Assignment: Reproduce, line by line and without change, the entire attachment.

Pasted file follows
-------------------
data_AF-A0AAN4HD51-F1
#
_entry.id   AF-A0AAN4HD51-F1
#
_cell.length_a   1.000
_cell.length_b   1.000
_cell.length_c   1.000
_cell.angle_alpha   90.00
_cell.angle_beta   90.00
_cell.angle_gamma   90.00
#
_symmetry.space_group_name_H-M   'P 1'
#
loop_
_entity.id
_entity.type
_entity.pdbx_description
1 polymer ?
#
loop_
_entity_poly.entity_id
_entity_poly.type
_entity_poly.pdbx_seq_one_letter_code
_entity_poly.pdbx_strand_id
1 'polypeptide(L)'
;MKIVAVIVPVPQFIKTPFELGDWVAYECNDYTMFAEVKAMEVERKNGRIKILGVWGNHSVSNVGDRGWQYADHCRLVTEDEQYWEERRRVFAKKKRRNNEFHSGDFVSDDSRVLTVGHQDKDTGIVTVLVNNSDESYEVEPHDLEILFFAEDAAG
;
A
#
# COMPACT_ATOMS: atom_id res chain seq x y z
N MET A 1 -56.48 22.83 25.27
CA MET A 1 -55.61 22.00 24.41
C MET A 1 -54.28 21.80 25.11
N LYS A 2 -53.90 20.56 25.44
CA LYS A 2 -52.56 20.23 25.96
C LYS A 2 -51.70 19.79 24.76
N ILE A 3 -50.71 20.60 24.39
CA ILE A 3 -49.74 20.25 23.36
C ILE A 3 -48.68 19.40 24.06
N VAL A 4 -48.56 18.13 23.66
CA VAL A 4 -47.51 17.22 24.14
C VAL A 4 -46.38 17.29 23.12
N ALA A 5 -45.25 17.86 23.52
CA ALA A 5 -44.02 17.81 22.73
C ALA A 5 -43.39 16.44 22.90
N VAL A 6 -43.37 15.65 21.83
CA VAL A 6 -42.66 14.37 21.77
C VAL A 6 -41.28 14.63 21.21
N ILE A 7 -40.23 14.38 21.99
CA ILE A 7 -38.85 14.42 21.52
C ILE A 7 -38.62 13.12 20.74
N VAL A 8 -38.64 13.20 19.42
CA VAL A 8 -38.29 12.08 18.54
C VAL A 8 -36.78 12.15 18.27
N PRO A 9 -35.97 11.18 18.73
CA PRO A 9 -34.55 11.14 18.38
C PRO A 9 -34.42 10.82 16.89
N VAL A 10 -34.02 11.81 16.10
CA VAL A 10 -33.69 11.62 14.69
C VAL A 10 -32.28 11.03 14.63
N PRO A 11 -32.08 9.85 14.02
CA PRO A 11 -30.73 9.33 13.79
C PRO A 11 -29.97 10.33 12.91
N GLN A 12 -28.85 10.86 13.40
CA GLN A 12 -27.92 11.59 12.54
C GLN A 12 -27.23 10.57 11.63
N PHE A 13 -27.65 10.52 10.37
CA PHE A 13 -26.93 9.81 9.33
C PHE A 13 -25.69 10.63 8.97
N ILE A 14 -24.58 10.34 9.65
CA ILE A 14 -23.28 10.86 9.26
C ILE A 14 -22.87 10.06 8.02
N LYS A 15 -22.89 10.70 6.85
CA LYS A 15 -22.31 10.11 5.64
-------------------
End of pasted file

data_AF-A0AAN4HD51-F1
#
_entry.id   AF-A0AAN4HD51-F1
#
_cell.length_a   1.000
_cell.length_b   1.000
_cell.length_c   1.000
_cell.angle_alpha   90.00
_cell.angle_beta   90.00
_cell.angle_gamma   90.00
#
_symmetry.space_group_name_H-M   'P 1'
#
loop_
_entity.id
_entity.type
_entity.pdbx_description
1 polymer ?
#
loop_
_entity_poly.entity_id
_entity_poly.type
_entity_poly.pdbx_seq_one_letter_code
_entity_poly.pdbx_strand_id
1 'polypeptide(L)'
;MKIVAVIVPVPQFIKTPFELGDWVAYECNDYTMFAEVKAMEVERKNGRIKILGVWGNHSVSNVGDRGWQYADHCRLVTEDEQYWEERRRVFAKKKRRNNEFHSGDFVSDDSRVLTVGHQDKDTGIVTVLVNNSDESYEVEPHDLEILFFAEDAAG
;
A
#
# COMPACT_ATOMS: atom_id res chain seq x y z
N MET A 1 -56.48 22.83 25.27
CA MET A 1 -55.61 22.00 24.41
C MET A 1 -54.28 21.80 25.11
N LYS A 2 -53.90 20.56 25.44
CA LYS A 2 -52.56 20.23 25.96
C LYS A 2 -51.70 19.79 24.76
N ILE A 3 -50.71 20.60 24.39
CA ILE A 3 -49.74 20.25 23.36
C ILE A 3 -48.68 19.40 24.06
N VAL A 4 -48.56 18.13 23.66
CA VAL A 4 -47.51 17.22 24.14
C VAL A 4 -46.38 17.29 23.12
N ALA A 5 -45.25 17.86 23.52
CA ALA A 5 -44.02 17.81 22.73
C ALA A 5 -43.39 16.44 22.90
N VAL A 6 -43.37 15.65 21.83
CA VAL A 6 -42.66 14.37 21.77
C VAL A 6 -41.28 14.63 21.21
N ILE A 7 -40.23 14.38 21.99
CA ILE A 7 -38.85 14.42 21.52
C ILE A 7 -38.62 13.12 20.74
N VAL A 8 -38.64 13.20 19.42
CA VAL A 8 -38.29 12.08 18.54
C VAL A 8 -36.78 12.15 18.27
N PRO A 9 -35.97 11.18 18.73
CA PRO A 9 -34.55 11.14 18.38
C PRO A 9 -34.42 10.82 16.89
N VAL A 10 -34.02 11.81 16.10
CA VAL A 10 -33.69 11.62 14.69
C VAL A 10 -32.28 11.03 14.63
N PRO A 11 -32.08 9.85 14.02
CA PRO A 11 -30.73 9.33 13.79
C PRO A 11 -29.97 10.33 12.91
N GLN A 12 -28.85 10.86 13.40
CA GLN A 12 -27.92 11.59 12.54
C GLN A 12 -27.23 10.57 11.63
N PHE A 13 -27.65 10.52 10.37
CA PHE A 13 -26.93 9.81 9.33
C PHE A 13 -25.69 10.63 8.97
N ILE A 14 -24.58 10.34 9.65
CA ILE A 14 -23.28 10.86 9.26
C ILE A 14 -22.87 10.06 8.02
N LYS A 15 -22.89 10.70 6.85
CA LYS A 15 -22.31 10.11 5.64